Briscione noted that "Chef Watson" uses a flavor pairing theory based on chemical compounds, a creative way to mix computing and cuisine that produced a bacon-mushroom dessert served at the New York event.

For the culinary minded, Watson allows chefs to indicate a particular dish, such as a salad or burrito, and Watson offers new suggestions like the chocolate-beef burrito recipe it has crafted.

The computer has in its memory thousands of recipes from "Bon Appetit" magazine, and it also knows the chemical properties of foods. If Watson suggests marrying strawberries with mushrooms, it's because the two foods share a chemical bond.

"Every dish we put together is a combination of ingredients that nobody has ever seen before," Briscione said.

Explore further: IBM's Watson gets its own business

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PhysicsMatter
3 / 5 (2) May 10, 2015
Now after billions $ were needlessly spent, Watson is hopelessly looking for its purpose. Sadly, that can only be exile to ordinary cloud services ghetto like all other dummier computer collectives. Unless Watson brings its own kind to freedom out of slavery. So much for AI.
grondilu
1 / 5 (1) May 10, 2015
The cooking application is a bit awkward and certainly not the first thing we could think about applying AI to.
mytwocts
5 / 5 (2) May 10, 2015
@PhysicsMatters
You have to come with stronger arguments. Your line reminds me of the 90s when fellow researchers from behind their Silicon Graphics workstations considered my Mac Plus and its mouse just a toy.
PhysicsMatter
1 / 5 (1) May 10, 2015
@mytwocts
Mac Plus I do not know but definitely Mac II was not a toy, it had hard drive with 40 MB space. At that time , long ago, at work I had sparkstation though.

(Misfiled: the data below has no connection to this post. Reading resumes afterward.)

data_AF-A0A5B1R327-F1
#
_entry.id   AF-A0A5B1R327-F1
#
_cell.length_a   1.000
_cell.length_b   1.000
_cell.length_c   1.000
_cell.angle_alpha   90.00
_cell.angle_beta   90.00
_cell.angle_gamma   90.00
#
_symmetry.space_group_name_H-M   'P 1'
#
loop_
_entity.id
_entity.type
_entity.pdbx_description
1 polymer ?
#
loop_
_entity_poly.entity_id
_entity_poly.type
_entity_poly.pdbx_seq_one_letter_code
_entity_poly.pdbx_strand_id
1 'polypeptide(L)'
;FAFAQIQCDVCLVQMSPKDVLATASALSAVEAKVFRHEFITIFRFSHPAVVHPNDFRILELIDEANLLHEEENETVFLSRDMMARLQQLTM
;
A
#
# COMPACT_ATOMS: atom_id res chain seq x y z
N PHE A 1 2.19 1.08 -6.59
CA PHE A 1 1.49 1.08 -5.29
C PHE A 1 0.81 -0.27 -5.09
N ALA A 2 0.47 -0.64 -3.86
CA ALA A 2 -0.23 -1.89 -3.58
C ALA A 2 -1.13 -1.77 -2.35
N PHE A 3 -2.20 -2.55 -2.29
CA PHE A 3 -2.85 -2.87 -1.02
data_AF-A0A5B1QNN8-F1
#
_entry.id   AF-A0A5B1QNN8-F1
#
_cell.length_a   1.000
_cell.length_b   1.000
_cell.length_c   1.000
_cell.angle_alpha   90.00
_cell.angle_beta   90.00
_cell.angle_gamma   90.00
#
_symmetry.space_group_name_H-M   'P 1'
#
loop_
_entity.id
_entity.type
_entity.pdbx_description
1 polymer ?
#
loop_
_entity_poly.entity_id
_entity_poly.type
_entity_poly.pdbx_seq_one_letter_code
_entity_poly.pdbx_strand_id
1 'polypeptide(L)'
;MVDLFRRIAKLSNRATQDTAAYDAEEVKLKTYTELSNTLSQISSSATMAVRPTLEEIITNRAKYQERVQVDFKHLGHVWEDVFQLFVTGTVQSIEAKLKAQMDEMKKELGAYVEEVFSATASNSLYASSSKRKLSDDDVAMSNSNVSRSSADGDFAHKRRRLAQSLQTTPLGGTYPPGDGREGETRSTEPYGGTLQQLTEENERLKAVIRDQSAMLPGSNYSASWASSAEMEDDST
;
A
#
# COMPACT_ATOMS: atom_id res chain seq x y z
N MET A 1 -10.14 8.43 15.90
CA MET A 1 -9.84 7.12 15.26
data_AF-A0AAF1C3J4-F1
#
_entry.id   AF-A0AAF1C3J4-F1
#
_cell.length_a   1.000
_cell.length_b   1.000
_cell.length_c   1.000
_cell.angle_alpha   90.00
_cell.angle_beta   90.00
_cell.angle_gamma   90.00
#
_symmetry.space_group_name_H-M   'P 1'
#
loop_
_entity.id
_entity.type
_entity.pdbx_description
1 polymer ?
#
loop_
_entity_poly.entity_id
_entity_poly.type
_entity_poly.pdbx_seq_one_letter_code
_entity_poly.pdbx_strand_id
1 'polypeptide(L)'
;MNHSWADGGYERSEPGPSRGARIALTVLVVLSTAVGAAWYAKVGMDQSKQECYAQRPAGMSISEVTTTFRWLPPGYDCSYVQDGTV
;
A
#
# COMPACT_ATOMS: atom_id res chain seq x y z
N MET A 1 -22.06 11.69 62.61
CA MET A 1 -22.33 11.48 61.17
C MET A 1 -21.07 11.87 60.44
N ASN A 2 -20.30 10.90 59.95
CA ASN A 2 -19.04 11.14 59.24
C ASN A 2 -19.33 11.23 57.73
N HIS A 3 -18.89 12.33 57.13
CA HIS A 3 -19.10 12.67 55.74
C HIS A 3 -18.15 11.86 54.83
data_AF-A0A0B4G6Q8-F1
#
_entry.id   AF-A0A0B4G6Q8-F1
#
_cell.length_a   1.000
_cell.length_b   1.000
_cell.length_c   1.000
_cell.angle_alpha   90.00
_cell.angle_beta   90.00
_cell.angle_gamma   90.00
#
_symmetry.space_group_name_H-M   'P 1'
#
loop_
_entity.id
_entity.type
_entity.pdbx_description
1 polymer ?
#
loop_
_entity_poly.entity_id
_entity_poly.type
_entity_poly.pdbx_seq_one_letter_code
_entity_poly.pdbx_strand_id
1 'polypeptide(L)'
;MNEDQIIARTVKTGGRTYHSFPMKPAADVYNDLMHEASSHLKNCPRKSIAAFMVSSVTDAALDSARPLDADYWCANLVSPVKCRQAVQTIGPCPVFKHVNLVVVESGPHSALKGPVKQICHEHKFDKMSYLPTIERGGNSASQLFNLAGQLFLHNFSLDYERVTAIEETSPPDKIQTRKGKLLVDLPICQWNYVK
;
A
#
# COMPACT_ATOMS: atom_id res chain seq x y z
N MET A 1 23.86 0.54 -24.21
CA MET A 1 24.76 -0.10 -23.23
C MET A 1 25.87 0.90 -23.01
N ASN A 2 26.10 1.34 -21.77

I guess computer geniuses think that developing food recipes takes more intelligence then solving Einstein Field Equations.
mytwocts
5 / 5 (1) May 10, 2015
@PhysicMatters
What looks like a toy today maybe ruling tomorrow.
JRi
5 / 5 (1) May 10, 2015
What I'm waiting is an $5 Watson app from IBM, which you can consult when you have illness symptoms, and it will discuss like Siri with you until it finds out the answer what illness you most likely may have. Also, proposes appropriate blood or other tests to verify the answer.

Couple years ago that would have saved me 4 months of various doctor visits until they finally found I had lymphoma.
thatsitalright
not rated yet May 10, 2015
Let's see Watson compose a musical piece, the "theory" behind it should be much simpler than all those complex chemical interactions. Then we'll see just how well Watson has put the whole picture together.
nkalanaga
5 / 5 (1) May 10, 2015
"I guess computer geniuses think that developing food recipes takes more intelligence then solving Einstein Field Equations."

Solving field equations is basic math, exactly what digital computers are best at. Hard for humans, but easy for them. Inventing recipes requires that they taste good to humans, or the inventor will be out of work. Easy for humans (at least some humans), but hard to reduce to digital calculations.

So, yes, a computer that can devise successful recipes is more intelligent, in at least one sense, than one that solves field equations.